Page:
IN THE BLIND AGE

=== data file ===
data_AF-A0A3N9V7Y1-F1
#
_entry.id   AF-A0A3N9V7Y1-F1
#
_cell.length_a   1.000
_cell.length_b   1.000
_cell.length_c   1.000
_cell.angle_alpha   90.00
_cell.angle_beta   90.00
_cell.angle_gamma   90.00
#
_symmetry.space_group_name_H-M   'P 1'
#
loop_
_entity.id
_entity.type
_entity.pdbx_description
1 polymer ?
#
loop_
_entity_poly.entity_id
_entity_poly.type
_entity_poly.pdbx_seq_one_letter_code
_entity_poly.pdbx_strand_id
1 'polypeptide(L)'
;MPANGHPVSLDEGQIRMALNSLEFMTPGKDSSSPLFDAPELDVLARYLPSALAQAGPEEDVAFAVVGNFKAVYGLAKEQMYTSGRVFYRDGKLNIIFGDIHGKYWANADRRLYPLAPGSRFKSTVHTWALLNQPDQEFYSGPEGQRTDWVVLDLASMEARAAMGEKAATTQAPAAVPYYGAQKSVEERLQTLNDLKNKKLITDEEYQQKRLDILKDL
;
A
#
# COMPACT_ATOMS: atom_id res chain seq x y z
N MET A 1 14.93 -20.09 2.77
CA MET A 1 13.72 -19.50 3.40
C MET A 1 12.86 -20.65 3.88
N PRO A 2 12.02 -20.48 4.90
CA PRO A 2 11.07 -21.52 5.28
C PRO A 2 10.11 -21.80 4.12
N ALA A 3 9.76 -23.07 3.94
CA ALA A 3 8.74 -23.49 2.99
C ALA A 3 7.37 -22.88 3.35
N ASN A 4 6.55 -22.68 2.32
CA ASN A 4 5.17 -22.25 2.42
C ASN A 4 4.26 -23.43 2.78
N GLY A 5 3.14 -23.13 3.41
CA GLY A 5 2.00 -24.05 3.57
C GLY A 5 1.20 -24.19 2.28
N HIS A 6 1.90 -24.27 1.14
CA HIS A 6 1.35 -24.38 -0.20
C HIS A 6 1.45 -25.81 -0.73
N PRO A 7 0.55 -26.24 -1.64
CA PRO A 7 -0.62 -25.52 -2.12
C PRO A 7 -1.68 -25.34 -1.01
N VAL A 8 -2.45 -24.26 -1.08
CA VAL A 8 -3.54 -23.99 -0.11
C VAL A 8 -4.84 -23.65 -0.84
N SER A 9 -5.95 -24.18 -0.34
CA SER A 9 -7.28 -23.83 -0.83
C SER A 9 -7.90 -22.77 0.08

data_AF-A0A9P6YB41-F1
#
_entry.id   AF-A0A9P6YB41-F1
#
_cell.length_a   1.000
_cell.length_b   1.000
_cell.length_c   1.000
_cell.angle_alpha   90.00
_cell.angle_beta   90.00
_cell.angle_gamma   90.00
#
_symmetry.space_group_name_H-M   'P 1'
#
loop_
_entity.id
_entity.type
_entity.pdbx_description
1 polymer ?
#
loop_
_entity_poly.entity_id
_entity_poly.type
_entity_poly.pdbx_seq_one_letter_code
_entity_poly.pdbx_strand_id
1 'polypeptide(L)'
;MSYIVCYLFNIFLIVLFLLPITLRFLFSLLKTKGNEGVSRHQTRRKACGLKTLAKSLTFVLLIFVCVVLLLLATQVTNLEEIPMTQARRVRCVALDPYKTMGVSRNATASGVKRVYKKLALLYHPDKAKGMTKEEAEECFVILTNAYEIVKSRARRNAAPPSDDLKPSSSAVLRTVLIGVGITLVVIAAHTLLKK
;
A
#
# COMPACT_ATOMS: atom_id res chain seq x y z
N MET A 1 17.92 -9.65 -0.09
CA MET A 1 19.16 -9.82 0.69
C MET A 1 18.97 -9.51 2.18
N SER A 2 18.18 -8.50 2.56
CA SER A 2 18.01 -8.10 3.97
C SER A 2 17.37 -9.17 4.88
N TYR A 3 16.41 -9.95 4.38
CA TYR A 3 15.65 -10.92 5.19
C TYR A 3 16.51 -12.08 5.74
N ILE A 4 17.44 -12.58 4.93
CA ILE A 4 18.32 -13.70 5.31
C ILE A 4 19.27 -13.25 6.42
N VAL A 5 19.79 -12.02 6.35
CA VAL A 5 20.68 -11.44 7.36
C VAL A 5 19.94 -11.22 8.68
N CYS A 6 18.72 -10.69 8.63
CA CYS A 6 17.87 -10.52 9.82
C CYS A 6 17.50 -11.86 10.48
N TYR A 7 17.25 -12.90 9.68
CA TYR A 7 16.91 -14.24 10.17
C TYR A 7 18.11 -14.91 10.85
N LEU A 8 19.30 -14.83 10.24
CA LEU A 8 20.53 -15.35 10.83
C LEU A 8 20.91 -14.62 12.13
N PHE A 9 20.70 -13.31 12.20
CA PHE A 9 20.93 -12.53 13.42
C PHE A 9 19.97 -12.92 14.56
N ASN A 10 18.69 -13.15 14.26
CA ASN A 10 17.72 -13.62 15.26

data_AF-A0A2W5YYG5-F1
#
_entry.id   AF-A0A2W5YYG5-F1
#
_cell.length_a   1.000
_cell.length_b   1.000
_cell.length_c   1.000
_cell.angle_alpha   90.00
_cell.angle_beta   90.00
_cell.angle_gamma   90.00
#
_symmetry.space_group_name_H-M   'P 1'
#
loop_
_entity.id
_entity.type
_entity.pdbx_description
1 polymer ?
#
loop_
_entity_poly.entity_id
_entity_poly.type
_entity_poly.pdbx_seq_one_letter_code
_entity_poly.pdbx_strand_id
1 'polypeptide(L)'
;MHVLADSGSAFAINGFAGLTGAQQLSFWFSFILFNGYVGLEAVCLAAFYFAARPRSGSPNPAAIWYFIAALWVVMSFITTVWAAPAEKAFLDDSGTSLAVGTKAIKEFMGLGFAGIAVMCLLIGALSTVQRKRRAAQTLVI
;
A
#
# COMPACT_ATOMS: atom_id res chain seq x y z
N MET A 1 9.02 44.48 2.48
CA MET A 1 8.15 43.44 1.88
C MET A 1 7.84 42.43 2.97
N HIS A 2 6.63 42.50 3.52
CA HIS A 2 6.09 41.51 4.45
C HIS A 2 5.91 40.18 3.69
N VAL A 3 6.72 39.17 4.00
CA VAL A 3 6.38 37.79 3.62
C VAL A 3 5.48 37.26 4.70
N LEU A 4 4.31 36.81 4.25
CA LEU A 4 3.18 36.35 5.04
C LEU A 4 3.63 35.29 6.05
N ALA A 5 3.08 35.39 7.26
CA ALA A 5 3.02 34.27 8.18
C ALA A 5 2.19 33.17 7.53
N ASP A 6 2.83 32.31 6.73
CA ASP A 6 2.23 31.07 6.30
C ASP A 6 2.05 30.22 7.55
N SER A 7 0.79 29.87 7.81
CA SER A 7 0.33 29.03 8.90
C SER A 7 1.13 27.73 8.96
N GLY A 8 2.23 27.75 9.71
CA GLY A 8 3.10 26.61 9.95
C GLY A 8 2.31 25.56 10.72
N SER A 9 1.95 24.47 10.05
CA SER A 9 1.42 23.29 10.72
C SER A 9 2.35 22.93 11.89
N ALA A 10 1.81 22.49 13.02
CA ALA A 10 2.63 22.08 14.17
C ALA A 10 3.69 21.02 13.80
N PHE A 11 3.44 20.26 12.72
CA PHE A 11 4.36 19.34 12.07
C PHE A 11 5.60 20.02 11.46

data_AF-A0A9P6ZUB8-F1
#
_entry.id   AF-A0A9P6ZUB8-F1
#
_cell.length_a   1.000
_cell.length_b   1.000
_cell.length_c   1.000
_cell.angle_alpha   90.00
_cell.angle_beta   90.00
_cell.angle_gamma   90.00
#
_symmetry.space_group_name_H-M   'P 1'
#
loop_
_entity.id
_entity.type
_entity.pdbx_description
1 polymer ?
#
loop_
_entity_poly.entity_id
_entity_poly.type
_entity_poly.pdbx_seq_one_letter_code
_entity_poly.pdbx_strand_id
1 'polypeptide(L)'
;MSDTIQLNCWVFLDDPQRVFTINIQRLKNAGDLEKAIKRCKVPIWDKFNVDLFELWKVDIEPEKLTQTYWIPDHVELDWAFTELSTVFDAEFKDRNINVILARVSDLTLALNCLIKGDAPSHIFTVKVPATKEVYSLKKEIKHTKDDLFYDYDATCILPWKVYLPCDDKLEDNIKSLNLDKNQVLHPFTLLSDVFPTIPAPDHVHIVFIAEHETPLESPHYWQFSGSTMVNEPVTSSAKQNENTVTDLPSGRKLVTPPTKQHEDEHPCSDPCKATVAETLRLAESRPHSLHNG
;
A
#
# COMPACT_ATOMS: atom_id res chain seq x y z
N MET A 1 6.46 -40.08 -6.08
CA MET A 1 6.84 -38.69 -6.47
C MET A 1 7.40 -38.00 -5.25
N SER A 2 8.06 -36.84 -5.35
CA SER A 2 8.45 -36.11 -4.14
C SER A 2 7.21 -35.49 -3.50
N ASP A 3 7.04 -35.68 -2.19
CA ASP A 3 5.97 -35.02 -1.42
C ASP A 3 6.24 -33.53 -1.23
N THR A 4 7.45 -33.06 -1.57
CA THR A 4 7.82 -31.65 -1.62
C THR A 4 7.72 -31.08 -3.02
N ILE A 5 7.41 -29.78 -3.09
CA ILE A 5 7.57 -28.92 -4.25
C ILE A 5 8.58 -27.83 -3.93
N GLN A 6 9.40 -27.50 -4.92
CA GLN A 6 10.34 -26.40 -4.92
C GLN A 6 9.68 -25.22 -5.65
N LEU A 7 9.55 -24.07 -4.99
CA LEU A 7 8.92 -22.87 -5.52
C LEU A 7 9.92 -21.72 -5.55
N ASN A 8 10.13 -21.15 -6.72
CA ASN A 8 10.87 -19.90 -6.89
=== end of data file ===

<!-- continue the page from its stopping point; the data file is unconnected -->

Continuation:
Dharamvir Bharati’s Andha Yug (The blindage), the landmark book, set in the last days of the Mahabharata war, was written in the years following 1947. It speaks about destruction, not only of human lives but also of ethical values. In the Mahabharata, both the victor and the vanquished loose eventually. HG Wells tells us the story of stagnation in The Country of the Blind. It is about a mountaineer who accidentally finds himself in a valley cut off from the rest of the world. All the inhabitants of the valley are blind. These people have other senses. They are self-sufficient but are insular and close-minded. These sightless people of the valley wish to deprive the mountaineer of his eyes. The mountaineer flees from the valley. Sight can be confusing. It is the theme of a story by Brian Friel, based on Oliver Sacks’ case history of a patient. In this story, a born blind gets sight in middle life but finds it profoundly confusing. She can not make sense of anything she sees and thus wants to return to her original state of blindness. In the Portuguese Nobel Prize winner Jose Saramago’s novel Blindness, we read about collective blindness — when we lose the ability to see when the visible disappears in front of our eyes when society itself becomes blind. It is about a fictional city. The city can be any city anywhere in the world. In this novel, characters have no names, only descriptions. In this city, a man at a traffic light suddenly finds he can not see. Soon the blindness spreads like an infectious disease and engulfs the city. No one knows why. There is despair all around. With so many blinds around, conditions deteriorate in the mental asylum where they are kept for treatment. The asylum becomes more like a concentration camp than a hospital. There is blind terror, blind hate, and blind love. The lack of vision ends as abruptly as it had begun. At the end of the novel, Saramago offers clarification: “Why did we become blind, I don’t know, perhaps, one day we’ll find out. Do you want me to tell you what I think, yes, I don’t think we did go blind, I think we are blind, Blind but seeing, blind people who can see, but do not see.” Various metaphors have symbolized blindness. Dharamvir Bharati has used blindness to represent the dehumanization of individuals and society. HG Wells’s blindness represents a restricting society and the struggle of the individual against social conformity. Sight can lead to confusion, says Oliver Sacks. Saramago uses blindness as a metaphor for both personal misfortune and social catastrophe. In catastrophic times, we need icons and role models to take us away from the darkness. Perhaps, in the present blindage, we are hoping for some to guide us to the end of the tunnel.